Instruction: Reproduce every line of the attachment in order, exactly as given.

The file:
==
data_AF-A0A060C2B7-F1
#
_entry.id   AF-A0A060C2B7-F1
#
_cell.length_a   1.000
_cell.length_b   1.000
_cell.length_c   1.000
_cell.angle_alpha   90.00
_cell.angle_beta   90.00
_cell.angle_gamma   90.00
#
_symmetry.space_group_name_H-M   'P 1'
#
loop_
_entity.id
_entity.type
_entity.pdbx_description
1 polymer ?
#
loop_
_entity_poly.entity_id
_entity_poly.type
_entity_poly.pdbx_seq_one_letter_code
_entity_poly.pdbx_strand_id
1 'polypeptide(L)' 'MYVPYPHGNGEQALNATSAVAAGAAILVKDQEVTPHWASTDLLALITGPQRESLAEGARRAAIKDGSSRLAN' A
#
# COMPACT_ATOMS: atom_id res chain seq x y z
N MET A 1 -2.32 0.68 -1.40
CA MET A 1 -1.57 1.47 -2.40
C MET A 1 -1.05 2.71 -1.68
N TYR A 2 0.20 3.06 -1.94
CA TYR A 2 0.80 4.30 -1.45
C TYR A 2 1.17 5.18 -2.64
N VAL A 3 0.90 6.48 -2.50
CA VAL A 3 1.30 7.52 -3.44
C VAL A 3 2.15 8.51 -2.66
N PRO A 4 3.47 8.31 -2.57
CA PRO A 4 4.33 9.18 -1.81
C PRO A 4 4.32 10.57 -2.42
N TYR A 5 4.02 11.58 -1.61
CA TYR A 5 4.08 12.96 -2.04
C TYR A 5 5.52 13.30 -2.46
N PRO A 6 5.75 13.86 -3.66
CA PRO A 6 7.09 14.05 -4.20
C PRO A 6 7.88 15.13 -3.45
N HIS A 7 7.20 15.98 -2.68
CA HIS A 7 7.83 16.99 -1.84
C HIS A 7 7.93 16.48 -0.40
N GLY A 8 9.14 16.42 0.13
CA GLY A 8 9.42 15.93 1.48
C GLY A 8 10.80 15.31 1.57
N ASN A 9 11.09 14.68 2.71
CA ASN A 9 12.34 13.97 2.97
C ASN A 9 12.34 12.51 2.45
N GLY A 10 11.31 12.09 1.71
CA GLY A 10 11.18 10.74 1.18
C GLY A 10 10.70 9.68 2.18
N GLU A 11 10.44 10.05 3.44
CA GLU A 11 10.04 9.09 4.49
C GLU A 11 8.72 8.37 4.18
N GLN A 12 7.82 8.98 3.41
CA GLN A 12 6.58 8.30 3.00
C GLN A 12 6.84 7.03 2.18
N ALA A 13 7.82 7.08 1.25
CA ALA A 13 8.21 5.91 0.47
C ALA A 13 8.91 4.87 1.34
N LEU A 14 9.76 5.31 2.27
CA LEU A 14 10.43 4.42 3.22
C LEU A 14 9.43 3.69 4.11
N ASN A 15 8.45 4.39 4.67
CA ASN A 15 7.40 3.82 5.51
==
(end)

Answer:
data_AF-A0A060C2B7-F1
#
_entry.id   AF-A0A060C2B7-F1
#
_cell.length_a   1.000
_cell.length_b   1.000
_cell.length_c   1.000
_cell.angle_alpha   90.00
_cell.angle_beta   90.00
_cell.angle_gamma   90.00
#
_symmetry.space_group_name_H-M   'P 1'
#
loop_
_entity.id
_entity.type
_entity.pdbx_description
1 polymer ?
#
loop_
_entity_poly.entity_id
_entity_poly.type
_entity_poly.pdbx_seq_one_letter_code
_entity_poly.pdbx_strand_id
1 'polypeptide(L)' 'MYVPYPHGNGEQALNATSAVAAGAAILVKDQEVTPHWASTDLLALITGPQRESLAEGARRAAIKDGSSRLAN' A
#
# COMPACT_ATOMS: atom_id res chain seq x y z
N MET A 1 -2.32 0.68 -1.40
CA MET A 1 -1.57 1.47 -2.40
C MET A 1 -1.05 2.71 -1.68
N TYR A 2 0.20 3.06 -1.94
CA TYR A 2 0.80 4.30 -1.45
C TYR A 2 1.17 5.18 -2.64
N VAL A 3 0.90 6.48 -2.50
CA VAL A 3 1.30 7.52 -3.44
C VAL A 3 2.15 8.51 -2.66
N PRO A 4 3.47 8.31 -2.57
CA PRO A 4 4.33 9.18 -1.81
C PRO A 4 4.32 10.57 -2.42
N TYR A 5 4.02 11.58 -1.61
CA TYR A 5 4.08 12.96 -2.04
C TYR A 5 5.52 13.30 -2.46
N PRO A 6 5.75 13.86 -3.66
CA PRO A 6 7.09 14.05 -4.20
C PRO A 6 7.88 15.13 -3.45
N HIS A 7 7.20 15.98 -2.68
CA HIS A 7 7.83 16.99 -1.84
C HIS A 7 7.93 16.48 -0.40
N GLY A 8 9.14 16.42 0.13
CA GLY A 8 9.42 15.93 1.48
C GLY A 8 10.80 15.31 1.57
N ASN A 9 11.09 14.68 2.71
CA ASN A 9 12.34 13.97 2.97
C ASN A 9 12.34 12.51 2.45
N GLY A 10 11.31 12.09 1.71
CA GLY A 10 11.18 10.74 1.18
C GLY A 10 10.70 9.68 2.18
N GLU A 11 10.44 10.05 3.44
CA GLU A 11 10.04 9.09 4.49
C GLU A 11 8.72 8.37 4.18
N GLN A 12 7.82 8.98 3.41
CA GLN A 12 6.58 8.30 3.00
C GLN A 12 6.84 7.03 2.18
N ALA A 13 7.82 7.08 1.25
CA ALA A 13 8.21 5.91 0.47
C ALA A 13 8.91 4.87 1.34
N LEU A 14 9.76 5.31 2.27
CA LEU A 14 10.43 4.42 3.22
C LEU A 14 9.43 3.69 4.11
N ASN A 15 8.45 4.39 4.67
CA ASN A 15 7.40 3.82 5.51